Monday, 12 October 2015

Blacksnake (2½ Stars)

"Woman, you have sinned. You are an abomination in the eyes of the Lord. Harlot! Your evil is so unspeakable that even Lucifer must reject you until your malignant soul has been cleansed and purged by fire".

This is the 14th film in the Russ Meyer Collection, made in 1973. It's a curiosity among his films. Its style and cinematography are so different that it can hardly be recognised as one of his films. Only the Biblical morality and the rule of a powerful woman give it away.

The film takes place in 1835, two years after the abolition of slavery in the British Empire. The small island of St. Christobal in the Caribbean has refused to accept this change. Lady Susan Walker is the owner of a plantation that still uses slaves to cut cane. It has to be stressed that this isn't a society of white rulers and black slaves. The black people on the island are divided into two castes. The French-speaking black people are free men, loyal to Lady Susan. The English-speaking black people are slaves, viciously treated by Lady Susan and her army of Frenchies.

Lady Susan describes herself as an ex-slave who was smart enough to find her own freedom. She used to be a prostitute on the streets of London, the slave of a pimp who used her to make money. She married a rich lord and killed him, inheriting his money. Then she married a second rich man, and a third, and a fourth. Now she has absolute power on the island of St. Christobal. Sir Charles Walker, the brother of Lady Susan's fourth husband, travels to the island under a false name to find out if his brother is still alive. He soon finds out that she is too much for him to handle. When he pleases her she has sex with him, when he defies her she whips him. She's never without her whip, whether she's riding around the plantation or lying in bed.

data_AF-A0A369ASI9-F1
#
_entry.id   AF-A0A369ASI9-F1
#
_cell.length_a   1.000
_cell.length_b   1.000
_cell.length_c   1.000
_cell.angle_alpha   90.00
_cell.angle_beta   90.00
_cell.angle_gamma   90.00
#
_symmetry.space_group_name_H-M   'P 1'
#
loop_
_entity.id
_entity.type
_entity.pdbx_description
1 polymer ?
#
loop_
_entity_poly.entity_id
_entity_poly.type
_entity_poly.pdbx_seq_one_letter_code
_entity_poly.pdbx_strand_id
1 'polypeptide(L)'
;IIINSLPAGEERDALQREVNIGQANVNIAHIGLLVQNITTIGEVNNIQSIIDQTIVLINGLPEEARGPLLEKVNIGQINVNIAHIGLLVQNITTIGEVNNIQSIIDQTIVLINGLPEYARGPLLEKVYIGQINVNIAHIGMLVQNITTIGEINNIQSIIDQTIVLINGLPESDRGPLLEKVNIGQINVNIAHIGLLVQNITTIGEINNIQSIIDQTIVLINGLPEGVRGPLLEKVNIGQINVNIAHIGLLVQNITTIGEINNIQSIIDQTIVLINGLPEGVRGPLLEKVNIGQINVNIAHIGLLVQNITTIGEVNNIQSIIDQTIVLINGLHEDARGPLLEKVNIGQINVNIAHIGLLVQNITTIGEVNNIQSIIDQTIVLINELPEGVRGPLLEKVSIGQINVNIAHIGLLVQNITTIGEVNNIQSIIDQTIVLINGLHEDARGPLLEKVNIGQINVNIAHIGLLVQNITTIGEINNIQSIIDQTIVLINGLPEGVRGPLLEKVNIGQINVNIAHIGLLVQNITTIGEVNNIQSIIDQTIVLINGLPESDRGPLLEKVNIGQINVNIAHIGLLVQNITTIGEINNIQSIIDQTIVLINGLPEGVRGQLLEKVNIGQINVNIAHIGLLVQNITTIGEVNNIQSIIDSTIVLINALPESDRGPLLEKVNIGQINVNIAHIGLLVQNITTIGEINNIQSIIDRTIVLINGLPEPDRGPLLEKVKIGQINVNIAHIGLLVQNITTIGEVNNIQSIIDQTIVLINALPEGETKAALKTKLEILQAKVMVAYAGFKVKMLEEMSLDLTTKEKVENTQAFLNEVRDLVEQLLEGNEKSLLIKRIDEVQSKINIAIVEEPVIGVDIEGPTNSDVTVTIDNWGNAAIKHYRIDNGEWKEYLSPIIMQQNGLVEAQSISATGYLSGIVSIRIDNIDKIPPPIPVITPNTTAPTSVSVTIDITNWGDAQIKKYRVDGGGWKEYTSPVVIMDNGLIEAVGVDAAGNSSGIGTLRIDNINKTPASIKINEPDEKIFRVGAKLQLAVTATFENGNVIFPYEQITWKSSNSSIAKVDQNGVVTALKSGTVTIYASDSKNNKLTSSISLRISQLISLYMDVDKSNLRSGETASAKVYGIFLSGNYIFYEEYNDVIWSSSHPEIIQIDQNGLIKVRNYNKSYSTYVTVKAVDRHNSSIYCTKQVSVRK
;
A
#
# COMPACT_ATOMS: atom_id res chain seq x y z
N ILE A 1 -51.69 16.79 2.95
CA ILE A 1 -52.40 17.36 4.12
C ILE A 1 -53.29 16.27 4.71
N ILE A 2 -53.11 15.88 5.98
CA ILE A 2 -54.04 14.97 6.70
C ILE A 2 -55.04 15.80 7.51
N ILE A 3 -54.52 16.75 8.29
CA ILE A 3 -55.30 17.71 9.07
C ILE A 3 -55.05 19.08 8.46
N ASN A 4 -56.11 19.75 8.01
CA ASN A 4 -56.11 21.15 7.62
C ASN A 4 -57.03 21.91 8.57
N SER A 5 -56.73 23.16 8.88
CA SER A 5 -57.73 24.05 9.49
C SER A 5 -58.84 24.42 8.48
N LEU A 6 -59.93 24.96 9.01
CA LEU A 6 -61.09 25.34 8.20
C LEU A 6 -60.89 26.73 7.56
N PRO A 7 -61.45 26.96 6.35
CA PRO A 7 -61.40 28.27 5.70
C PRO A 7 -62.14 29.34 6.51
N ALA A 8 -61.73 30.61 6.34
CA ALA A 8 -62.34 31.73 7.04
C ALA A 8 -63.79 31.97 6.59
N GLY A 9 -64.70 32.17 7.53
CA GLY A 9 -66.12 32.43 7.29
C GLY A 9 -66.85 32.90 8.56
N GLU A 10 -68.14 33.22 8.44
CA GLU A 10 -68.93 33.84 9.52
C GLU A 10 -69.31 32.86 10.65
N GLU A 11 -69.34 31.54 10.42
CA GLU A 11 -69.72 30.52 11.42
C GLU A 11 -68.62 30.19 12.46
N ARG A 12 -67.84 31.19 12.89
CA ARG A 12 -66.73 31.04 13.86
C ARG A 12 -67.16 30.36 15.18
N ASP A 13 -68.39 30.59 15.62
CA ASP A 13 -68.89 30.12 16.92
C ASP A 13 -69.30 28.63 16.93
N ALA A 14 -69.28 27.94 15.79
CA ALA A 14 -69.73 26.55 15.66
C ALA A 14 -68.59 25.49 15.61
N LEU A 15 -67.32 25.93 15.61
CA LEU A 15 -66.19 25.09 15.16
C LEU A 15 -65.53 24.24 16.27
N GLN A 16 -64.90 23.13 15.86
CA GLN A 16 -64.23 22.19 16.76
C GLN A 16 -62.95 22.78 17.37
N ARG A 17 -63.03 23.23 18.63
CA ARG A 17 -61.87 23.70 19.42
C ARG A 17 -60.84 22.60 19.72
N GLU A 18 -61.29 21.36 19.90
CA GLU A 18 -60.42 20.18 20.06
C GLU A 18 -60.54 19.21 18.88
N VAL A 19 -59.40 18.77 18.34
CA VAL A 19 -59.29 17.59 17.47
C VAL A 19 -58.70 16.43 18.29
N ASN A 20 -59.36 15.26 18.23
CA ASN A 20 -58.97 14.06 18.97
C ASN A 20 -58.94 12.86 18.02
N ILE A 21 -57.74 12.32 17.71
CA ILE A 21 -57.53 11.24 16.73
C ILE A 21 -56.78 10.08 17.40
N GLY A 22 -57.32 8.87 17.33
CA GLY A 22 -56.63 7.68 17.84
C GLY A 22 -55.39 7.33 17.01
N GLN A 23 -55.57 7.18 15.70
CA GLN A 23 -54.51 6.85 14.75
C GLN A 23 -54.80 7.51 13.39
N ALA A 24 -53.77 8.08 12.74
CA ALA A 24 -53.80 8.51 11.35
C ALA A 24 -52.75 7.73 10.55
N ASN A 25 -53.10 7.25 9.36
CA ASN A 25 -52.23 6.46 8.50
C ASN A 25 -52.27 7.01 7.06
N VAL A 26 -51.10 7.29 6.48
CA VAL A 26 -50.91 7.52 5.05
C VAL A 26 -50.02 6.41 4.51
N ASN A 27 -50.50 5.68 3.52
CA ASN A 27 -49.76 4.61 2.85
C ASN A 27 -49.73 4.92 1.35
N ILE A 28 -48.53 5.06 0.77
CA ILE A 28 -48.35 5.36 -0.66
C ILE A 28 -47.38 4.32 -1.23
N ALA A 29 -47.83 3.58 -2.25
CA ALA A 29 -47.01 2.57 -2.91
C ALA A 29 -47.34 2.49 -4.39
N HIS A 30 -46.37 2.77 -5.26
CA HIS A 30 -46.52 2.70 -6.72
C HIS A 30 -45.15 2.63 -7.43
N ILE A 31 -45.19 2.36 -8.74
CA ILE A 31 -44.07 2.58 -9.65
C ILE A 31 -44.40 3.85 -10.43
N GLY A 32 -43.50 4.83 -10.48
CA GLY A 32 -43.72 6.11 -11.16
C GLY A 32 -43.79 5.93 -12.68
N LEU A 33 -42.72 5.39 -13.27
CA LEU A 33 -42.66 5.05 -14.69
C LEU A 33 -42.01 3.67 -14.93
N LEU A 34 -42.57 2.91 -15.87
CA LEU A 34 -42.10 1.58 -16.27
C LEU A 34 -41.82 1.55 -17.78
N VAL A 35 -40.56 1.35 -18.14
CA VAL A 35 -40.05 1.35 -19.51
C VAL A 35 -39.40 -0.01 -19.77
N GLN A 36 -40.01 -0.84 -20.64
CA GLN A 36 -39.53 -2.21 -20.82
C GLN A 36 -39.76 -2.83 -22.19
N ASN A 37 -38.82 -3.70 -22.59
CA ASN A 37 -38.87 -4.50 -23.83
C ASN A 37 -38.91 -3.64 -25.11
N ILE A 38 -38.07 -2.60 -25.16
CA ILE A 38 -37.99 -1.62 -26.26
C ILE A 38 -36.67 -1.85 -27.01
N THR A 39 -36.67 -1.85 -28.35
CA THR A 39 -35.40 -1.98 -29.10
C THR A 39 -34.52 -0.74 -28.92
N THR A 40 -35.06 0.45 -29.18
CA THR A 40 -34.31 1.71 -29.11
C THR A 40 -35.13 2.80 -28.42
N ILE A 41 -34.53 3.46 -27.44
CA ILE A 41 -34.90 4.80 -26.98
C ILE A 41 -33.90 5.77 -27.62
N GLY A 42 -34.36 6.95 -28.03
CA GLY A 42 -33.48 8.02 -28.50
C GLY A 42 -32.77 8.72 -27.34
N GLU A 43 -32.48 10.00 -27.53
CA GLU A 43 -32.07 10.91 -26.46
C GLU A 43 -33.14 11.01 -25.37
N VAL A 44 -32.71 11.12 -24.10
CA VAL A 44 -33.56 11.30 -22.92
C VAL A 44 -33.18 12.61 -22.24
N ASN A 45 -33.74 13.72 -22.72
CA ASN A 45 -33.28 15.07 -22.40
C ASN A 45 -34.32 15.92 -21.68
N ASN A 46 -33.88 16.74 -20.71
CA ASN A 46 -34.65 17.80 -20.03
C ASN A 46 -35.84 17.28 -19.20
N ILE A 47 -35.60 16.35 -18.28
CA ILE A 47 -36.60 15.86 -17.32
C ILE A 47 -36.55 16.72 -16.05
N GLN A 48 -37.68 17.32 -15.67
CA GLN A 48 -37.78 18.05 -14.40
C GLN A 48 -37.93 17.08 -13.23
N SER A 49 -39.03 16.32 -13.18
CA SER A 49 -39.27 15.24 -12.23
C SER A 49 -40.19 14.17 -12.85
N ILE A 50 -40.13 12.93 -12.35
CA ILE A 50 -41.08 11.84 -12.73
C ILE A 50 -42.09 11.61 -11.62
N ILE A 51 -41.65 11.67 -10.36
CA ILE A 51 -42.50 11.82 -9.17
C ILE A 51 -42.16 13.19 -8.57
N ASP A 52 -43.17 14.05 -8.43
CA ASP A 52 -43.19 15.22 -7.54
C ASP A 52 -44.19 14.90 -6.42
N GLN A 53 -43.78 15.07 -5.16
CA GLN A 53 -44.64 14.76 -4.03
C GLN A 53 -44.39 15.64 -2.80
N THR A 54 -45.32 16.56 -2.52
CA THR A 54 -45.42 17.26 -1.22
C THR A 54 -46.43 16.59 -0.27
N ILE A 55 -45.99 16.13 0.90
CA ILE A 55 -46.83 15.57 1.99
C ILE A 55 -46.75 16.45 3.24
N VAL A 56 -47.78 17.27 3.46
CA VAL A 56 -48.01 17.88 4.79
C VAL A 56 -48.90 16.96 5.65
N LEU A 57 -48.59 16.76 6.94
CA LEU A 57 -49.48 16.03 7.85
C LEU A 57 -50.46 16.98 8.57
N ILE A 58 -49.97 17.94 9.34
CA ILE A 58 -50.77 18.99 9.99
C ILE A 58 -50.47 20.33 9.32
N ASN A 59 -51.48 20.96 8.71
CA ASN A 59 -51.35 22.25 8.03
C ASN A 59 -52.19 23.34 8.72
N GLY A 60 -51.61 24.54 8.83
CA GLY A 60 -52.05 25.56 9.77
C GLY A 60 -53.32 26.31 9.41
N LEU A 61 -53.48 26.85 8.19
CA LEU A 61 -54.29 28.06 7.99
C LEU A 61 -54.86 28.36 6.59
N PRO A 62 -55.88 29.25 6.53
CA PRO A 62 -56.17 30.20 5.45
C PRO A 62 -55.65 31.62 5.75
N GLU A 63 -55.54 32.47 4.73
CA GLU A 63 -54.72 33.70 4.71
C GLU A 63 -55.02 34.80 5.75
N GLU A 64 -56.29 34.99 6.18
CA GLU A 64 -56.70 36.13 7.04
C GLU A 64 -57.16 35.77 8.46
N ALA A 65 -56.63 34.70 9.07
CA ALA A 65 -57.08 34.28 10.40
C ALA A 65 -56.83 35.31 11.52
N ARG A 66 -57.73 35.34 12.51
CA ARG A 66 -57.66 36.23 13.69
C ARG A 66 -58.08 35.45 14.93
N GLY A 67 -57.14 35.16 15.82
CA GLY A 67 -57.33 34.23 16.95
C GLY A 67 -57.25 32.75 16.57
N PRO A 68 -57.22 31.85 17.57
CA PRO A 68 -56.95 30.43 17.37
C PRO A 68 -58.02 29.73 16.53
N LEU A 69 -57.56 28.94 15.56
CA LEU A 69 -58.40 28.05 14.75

It's difficult to know who to sympathise with in this film. It might seem logical to those who have never seen the film to sympathise with the slaves who want their freedom. But when there's a rebellion and the slaves kill her servants, Lady Susan fearlessly faces more than 20 men, armed only with her whip. It's difficult not to side with the underdog.

Apart from this, the transformation we see in the preacher Isaiah is horrifying. He begins by using the Bible to teach his fellow slaves to be peaceful and accept their position. As the film progresses he uses the Bible to justify violence and murder. The final scene, in which Lady Susan is crucified, is rich in symbolism.

Ironically, Anouska Hempel, the actress who plays Lady Susan, has some similarities with her character in the film. She was born in New Zealand, then moved to London, where she lived in poverty. She starred in a dozen films, but never made the big time. Finally she married a rich lord and became Lady Weinberg. The main difference to the film is that she hasn't killed her husband. She bought the British broadcast rights to prevent "Blacksnake" ever being shown on television again. Evidently the story is too close for comfort.

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